- The Washington Times - Tuesday, January 20, 2004

Do not pick a fight with David Frum (former Bush speechwriter and stimulating author) or Richard Perle (former assistant defense secretary and eminence grise of foreign policy hard-liners) individually. And definitely do not pick a fight with them together. They are a formidable team. Their joint book, “An End to Evil: How to Win the War on Terror,” provides a devastating reply to every single argument advanced by the left against this war, and provides an intellectual and moral boost to those who have supported it from the beginning.

They begin by reminding us that negativity and pessimism have greeted every stage of this conflict since September 11, 2001. Remember the fears about the terrible Afghan winter and the predictions our forces would face the same fate in those unforgiving mountains as had Britain’s in the 19th century and the Soviet Union’s in the 20th?

And while the critics are now claiming that winning the war in Iraq was the “easy part,” they said nothing of the kind before the war began. Gen. Barry McCaffrey, for example, predicted the United States might suffer as many as 3,000 casualties. The battle for Baghdad was supposed to drag on for weeks or months, and some commentators were dusting off their Stalingrad analogies. Others, like Sen. Edward M. Kennedy, Massachusetts Democrat, suggested Iraq had no connection to terrorists but that if we attacked Iraq, we would “precipitate the very threat that we are intent on preventing — weapons of mass destruction in the hands of terrorists.”

These are not mere debating points. Combating and defeating this pessimism at home is just as critical to our ultimate victory as are battlefield wins and individual captures.

Mr. Frum and Mr. Perle analyze a number of weaknesses in our psychic and bureaucratic posture in this war. Their recommendations are both concrete and abstract.

Among the former, they recommend scrapping the regional bureaus at the State Department. The “Near East” bureau, the “Western Hemisphere” bureau, and so forth lack clear missions and tend, in the authors’ words, to “stop representing America to the world and begin representing the world to America.”

They further recommend radical reformation of the CIA, which may surprise those who think the CIA is peopled by hard-liners. In fact, the CIA was spooked (as it were) by the Church hearings in the 1970s and has been backpedaling ever since to the point where it is now dominated by liberals, which means in too many cases, political correctness. “The CIA must re-emphasize linguistic competence — and must overcome its reluctance to check, double-check and triple-check the loyalties of native-born speakers of the languages in which we are most interested.”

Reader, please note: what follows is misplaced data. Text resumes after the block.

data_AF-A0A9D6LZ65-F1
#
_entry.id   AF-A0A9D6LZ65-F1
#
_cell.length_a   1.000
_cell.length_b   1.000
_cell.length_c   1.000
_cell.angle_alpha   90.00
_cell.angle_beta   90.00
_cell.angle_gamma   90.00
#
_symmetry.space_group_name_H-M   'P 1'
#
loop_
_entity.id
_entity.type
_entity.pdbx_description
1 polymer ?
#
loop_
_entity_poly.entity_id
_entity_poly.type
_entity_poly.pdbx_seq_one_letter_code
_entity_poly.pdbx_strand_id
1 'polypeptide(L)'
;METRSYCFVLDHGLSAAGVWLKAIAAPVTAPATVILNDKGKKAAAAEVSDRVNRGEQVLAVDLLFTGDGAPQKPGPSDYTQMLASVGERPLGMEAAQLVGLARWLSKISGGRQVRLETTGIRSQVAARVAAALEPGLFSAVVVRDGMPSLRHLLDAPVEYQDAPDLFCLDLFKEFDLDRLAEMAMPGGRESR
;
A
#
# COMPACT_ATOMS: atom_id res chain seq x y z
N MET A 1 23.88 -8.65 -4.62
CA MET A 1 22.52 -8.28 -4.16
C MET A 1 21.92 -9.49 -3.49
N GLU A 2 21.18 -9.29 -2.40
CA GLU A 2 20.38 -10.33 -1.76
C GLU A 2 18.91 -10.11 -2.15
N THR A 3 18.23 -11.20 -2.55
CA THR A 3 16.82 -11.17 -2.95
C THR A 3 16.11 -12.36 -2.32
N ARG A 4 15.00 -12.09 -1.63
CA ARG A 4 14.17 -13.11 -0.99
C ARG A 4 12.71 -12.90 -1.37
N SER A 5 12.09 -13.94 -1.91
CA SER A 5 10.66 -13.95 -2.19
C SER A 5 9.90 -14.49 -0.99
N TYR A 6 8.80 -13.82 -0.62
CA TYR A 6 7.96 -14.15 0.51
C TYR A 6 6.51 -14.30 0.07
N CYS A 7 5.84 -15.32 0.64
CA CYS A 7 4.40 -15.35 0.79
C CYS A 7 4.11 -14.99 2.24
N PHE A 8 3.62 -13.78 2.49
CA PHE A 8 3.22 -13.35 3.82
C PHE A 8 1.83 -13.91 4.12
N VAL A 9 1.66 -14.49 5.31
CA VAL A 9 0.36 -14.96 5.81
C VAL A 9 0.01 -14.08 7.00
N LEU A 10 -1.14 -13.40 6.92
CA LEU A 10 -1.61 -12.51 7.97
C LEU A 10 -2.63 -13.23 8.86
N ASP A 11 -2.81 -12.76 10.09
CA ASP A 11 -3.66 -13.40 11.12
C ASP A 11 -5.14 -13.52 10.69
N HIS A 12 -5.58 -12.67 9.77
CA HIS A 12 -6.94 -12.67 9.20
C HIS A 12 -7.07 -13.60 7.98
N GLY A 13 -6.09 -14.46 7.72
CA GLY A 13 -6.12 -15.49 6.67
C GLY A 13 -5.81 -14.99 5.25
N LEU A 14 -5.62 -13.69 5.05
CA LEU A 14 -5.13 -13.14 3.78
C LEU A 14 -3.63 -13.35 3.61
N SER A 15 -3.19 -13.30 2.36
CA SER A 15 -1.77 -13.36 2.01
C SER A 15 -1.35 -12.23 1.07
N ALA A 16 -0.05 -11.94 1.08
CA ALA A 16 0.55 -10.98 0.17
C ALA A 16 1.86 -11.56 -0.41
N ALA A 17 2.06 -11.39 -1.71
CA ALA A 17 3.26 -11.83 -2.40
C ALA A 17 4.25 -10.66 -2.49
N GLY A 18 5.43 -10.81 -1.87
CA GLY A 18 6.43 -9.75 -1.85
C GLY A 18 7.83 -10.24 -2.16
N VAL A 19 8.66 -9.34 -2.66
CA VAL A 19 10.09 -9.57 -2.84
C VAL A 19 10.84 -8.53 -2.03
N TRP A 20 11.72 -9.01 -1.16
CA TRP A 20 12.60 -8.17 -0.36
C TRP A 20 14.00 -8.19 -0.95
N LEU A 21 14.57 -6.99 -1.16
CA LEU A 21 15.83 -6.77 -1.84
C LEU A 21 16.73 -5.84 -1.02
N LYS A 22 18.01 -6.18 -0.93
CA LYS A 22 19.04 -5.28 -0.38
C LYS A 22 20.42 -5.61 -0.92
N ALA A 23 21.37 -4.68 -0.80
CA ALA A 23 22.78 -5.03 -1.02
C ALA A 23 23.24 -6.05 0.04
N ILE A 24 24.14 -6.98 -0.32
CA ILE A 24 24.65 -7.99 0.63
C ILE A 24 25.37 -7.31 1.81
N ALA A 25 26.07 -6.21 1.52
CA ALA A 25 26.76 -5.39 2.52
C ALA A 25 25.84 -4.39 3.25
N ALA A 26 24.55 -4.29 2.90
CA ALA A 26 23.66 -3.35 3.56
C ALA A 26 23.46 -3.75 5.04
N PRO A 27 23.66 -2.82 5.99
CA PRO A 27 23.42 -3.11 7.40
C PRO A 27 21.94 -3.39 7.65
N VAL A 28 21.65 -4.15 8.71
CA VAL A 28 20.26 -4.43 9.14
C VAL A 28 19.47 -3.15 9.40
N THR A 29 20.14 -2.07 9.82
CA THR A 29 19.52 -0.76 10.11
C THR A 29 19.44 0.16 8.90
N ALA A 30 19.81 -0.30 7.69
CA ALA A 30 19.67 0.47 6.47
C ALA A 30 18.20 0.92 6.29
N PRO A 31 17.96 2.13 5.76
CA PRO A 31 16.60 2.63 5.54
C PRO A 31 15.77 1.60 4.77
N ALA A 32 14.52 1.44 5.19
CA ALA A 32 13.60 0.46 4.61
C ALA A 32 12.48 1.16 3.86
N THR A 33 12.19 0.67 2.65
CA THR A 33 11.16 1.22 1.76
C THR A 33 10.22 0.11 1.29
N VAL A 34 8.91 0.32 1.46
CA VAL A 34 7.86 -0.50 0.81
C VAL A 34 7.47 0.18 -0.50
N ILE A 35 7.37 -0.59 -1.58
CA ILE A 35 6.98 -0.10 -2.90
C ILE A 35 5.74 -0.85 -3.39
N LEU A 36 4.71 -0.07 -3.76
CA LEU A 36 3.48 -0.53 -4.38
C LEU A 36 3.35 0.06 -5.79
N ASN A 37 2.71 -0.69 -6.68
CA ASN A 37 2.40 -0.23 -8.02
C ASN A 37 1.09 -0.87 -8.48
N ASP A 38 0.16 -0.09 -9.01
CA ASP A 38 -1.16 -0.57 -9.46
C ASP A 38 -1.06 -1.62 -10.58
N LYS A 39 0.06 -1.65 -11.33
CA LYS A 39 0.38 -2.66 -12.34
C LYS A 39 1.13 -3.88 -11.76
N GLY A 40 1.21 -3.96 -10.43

The book is nothing if not comprehensive in its recommendations. Here you will find the Frum/Perle and, more broadly, the conservative answer to questions like: how to deal with our “allies,” like France and Saudi Arabia, who are really adversaries; how to manage the United Nations; undermining the Tehran mullahocracy; defusing the North Korean bomb; weaning Pakistan from Saudi-inspired (and underwritten) extremism; policing our borders (note to libertarians: it includes a national ID card); and leaning hard on nations like Egypt, Syria (and by extension Lebanon), Venezuela, and others to cease all incitement of and support for terror.

But the greatest contribution of “An End to Evil” is its full-throated, passionate defense of the rightness of our cause. It is this more than anything else that will set liberals’ teeth on edge.

In the Islamists, the authors argue, we face the moral equivalent of the Nazis and communists. Everywhere the bacillus of Islamism has incubated, it has wrought misery and destruction. Though the authors agree we are not at war with Islam itself, they are not afraid to notice that within the Muslim world it is the Islamists, not the moderates, who have the wind at their backs.

Spreading democracy in that benighted part of the globe is not just benevolent, it is also the very best self-defense. “Our vocation,” Mr. Frum and Mr. Perle write, “is not an imperial vocation. Our vocation is to support justice with power. It is a vocation that has earned us terrible enemies. It is a vocation that has made us, at our best moments, the hope of the world.”

Mona Charen is a nationally syndicated columnist.

Copyright © 2018 The Washington Times, LLC. Click here for reprint permission.

The Washington Times Comment Policy

The Washington Times welcomes your comments on Spot.im, our third-party provider. Please read our Comment Policy before commenting.


Click to Read More and View Comments

Click to Hide